Exercise Therapy and Brain Health: Implications for Alzheimer's Disease and Aging (2018-2019)

Background

Physical activity and exercise have emerged as important factors associated with lower risks of cognitive decline in normal aging and neurodegenerative disease. Recent advances are providing clinical evidence for the efficacy of exercise in preserving brain function in humans and devising novel therapeutic strategies that include exercise for treating neurological conditions. However, despite evidence for sex differences in the effects of exercise on cognition and brain physiology, few studies have focused on the molecular and cellular mechanisms through which exercise differentially affects the male and female brain, and few exercise therapies have optimized programs for men and for women.

Project Description

This Bass Connections project will explore the molecular and cellular effects of exercise on brain neuroanatomy and function using a mouse model of Alzheimer’s disease. Team members will also have an opportunity to observe how exercise therapy is conceptualized and implemented in a clinical setting and to learn how inherent characteristics (nature) and acquired life experience (nurture) contribute to health and disease.

The project team will investigate the ability of exercise to delay or attenuate neurodegeneration and cognitive decline using a mouse model of Alzheimer’s disease. Team members will use a new mouse model of female aging that includes menopause in an Alzheimer’s model mouse to assess the ability of exercise at specific stages of a female’s life to delay or prevent the development of Alzheimer’s neuropathology and cognitive decline. The team will explore the cellular and molecular mechanisms that mediate the effects of exercise on the brain and periphery (e.g., skeletal muscle and heart), focusing on neuroprotection from cognitive aging, neurodegeneration and neurological injury. This lab-based work will continue throughout the project.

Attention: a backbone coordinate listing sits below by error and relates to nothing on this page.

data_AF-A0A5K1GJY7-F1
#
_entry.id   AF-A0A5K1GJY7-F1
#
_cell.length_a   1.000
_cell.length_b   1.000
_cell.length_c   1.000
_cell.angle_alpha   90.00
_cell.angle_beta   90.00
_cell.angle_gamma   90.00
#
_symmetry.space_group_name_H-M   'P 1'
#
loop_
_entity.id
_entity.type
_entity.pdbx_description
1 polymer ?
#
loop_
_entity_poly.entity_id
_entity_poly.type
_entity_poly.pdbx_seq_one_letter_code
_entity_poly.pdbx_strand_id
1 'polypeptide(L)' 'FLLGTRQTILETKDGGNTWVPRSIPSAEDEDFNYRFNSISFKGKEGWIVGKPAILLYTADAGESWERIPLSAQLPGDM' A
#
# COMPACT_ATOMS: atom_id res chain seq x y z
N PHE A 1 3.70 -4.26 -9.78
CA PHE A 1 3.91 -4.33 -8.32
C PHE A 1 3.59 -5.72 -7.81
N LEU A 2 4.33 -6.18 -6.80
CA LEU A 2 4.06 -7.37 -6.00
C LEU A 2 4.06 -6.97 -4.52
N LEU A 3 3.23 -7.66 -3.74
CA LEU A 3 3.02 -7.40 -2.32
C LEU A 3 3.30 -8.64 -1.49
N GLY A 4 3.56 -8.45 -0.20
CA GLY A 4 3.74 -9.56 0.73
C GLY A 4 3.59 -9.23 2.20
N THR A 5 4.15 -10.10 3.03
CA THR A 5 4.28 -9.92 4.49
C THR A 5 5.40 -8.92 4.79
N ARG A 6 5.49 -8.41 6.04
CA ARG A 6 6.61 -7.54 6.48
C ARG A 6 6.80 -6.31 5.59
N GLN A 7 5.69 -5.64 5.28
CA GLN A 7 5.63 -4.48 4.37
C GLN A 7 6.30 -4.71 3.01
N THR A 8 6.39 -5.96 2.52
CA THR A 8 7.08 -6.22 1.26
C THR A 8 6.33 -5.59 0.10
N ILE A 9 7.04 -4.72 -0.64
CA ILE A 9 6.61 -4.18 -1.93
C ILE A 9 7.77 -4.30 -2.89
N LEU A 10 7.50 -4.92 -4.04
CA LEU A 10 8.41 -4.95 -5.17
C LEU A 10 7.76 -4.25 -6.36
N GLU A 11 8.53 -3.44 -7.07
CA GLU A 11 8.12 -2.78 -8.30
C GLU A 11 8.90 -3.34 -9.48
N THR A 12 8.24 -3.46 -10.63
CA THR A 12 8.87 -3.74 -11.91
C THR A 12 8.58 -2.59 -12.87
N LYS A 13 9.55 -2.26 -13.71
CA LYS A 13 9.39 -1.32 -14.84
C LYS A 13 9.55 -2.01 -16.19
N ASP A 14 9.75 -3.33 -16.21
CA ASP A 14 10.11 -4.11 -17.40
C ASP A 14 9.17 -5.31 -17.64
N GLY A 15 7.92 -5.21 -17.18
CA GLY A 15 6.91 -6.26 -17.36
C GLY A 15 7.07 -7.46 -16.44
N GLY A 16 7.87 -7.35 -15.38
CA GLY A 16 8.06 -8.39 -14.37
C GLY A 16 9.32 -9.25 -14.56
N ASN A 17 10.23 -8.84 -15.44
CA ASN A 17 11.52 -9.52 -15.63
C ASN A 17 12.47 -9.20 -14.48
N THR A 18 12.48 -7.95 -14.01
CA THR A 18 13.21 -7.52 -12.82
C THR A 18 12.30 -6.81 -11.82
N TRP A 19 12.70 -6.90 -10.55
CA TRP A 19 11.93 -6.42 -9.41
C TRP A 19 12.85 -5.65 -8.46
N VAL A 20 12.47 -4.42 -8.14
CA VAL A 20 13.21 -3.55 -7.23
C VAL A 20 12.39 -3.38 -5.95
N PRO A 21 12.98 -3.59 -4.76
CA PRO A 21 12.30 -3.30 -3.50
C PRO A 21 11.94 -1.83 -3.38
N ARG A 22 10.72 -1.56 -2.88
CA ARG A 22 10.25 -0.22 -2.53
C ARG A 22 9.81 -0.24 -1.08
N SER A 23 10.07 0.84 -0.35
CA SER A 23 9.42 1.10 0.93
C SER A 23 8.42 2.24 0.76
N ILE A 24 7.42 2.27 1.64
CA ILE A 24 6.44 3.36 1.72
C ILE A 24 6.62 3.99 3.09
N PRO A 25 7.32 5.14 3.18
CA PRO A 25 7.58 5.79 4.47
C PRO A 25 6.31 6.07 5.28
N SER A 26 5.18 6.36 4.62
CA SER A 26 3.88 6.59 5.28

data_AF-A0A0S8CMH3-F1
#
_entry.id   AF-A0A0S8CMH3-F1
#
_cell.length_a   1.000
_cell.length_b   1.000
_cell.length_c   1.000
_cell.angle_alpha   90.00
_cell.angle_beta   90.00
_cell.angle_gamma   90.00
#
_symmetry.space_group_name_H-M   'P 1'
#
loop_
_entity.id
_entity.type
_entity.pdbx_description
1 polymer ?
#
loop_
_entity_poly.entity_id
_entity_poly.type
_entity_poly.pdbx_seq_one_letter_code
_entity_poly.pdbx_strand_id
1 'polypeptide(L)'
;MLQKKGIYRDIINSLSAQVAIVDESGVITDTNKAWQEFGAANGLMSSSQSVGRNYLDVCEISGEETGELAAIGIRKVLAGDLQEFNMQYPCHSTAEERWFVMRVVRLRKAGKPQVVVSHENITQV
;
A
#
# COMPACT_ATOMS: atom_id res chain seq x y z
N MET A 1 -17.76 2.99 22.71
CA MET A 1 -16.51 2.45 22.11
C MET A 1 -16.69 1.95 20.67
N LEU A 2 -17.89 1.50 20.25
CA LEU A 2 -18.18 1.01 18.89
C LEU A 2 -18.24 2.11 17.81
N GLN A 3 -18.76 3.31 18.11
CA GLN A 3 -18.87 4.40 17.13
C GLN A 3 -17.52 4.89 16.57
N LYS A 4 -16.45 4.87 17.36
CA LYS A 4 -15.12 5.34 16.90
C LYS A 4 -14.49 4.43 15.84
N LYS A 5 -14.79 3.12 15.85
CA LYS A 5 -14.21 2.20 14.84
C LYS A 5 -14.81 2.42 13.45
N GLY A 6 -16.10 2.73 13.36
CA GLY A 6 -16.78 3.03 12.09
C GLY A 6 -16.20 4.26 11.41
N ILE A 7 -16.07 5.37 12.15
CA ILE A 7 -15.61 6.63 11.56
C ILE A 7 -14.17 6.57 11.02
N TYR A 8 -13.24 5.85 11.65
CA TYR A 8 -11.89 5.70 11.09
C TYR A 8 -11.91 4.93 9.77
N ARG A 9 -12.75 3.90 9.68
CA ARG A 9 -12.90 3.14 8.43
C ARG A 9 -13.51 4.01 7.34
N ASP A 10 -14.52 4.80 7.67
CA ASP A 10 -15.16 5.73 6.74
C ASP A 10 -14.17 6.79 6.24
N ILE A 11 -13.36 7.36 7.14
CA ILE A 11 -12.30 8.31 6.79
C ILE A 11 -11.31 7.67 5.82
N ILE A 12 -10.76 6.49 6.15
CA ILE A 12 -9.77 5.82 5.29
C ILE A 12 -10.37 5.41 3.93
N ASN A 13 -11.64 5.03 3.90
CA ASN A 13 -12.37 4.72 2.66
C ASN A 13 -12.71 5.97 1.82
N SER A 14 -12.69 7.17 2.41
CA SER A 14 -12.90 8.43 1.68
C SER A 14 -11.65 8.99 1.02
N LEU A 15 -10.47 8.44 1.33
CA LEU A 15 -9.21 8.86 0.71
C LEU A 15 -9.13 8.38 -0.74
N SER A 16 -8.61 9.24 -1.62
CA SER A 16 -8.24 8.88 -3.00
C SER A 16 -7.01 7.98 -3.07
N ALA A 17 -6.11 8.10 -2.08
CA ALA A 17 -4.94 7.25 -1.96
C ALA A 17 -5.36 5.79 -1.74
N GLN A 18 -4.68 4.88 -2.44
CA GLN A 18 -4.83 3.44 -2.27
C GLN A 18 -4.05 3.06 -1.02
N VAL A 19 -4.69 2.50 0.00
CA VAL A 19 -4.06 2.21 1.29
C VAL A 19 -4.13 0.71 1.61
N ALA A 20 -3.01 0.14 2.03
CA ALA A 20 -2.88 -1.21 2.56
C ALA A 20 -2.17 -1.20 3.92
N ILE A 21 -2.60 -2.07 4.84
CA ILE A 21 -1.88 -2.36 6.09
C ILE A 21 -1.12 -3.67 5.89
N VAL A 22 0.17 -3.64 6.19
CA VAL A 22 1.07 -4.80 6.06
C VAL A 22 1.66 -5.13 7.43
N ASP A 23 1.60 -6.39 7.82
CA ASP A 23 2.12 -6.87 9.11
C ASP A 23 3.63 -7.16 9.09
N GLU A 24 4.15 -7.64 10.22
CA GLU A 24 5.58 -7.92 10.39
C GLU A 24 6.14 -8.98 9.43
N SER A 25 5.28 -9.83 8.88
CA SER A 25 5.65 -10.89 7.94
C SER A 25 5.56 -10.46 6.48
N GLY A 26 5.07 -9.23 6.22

Team members will also have the opportunity to observe exercise programs at the Durham Veterans Affairs Medical Center, interact with participants and instructors, learn about the development of exercise therapy programs, develop a research question using existing data and take on a data analysis project.

Student team members will also take the Bass Connections Fall 2018 course, Sex/Gender–Nature/Nurture: Intersections of Biology and Society (unless they have taken the course already). They will work together on a group paper and presentation related to the theme of sex/gender in brain health and disease.

Anticipated Outcomes

Report and/or poster on lab-based research, to be submitted to a science meeting and eventually included in a peer-reviewed publication; research paper with findings from data analysis project, poster for VA Research Day and/or patient testimonials;; webpage for Exercise and the Brain Interest Group that links members of the community to updates on exercise-related research and events

Timing

Fall 2018 – Spring 2019  

  • Fall 2018: Take part in NEUROSCI 278 course; begin weekly team meetings; observe exercise training at VA hospital; begin social media outreach and/or develop research question and data analysis of human exercise studies (approx. 4 hours/week); continue lab research as part of senior thesis project (optional for continuing members) or do a neuroscience practicum for half credit (optional for new members)
  • Spring 2019: Engage in collaborative neuroscience research in labs of Drs. Williams and Finch; weekly team meetings; continue background reading, lab work and research paper writing
  • Summer 2019: 4 undergraduates engage in continued laboratory research (40 hours/week for 8 weeks)

See earlier related team, Exercise as Therapy for Cognitive Aging and Alzheimer’s Disease (2017-2018).

Graphic of female person jumping rope

/faculty/staff Team Members

  • Elizabeth A. Finch, School of Medicine-Medicine*
  • Katherine Hall, School of Medicine-Medicine:Geriatrics*
  • Christina L. Williams, Arts & Sciences-Psychology and Neuroscience*
  • Ara Wilson, Arts & Sciences

/graduate Team Members

  • Sara Maurer, Psychology-PHD

/undergraduate Team Members

  • Syed Ahmad, Neuroscience (BS)
  • Caitlin Grant, Neuroscience (BS)
  • Irene Koc, Neuroscience (BS)
  • Shayal Vashisth, Biology (BS), Global Health (AB2)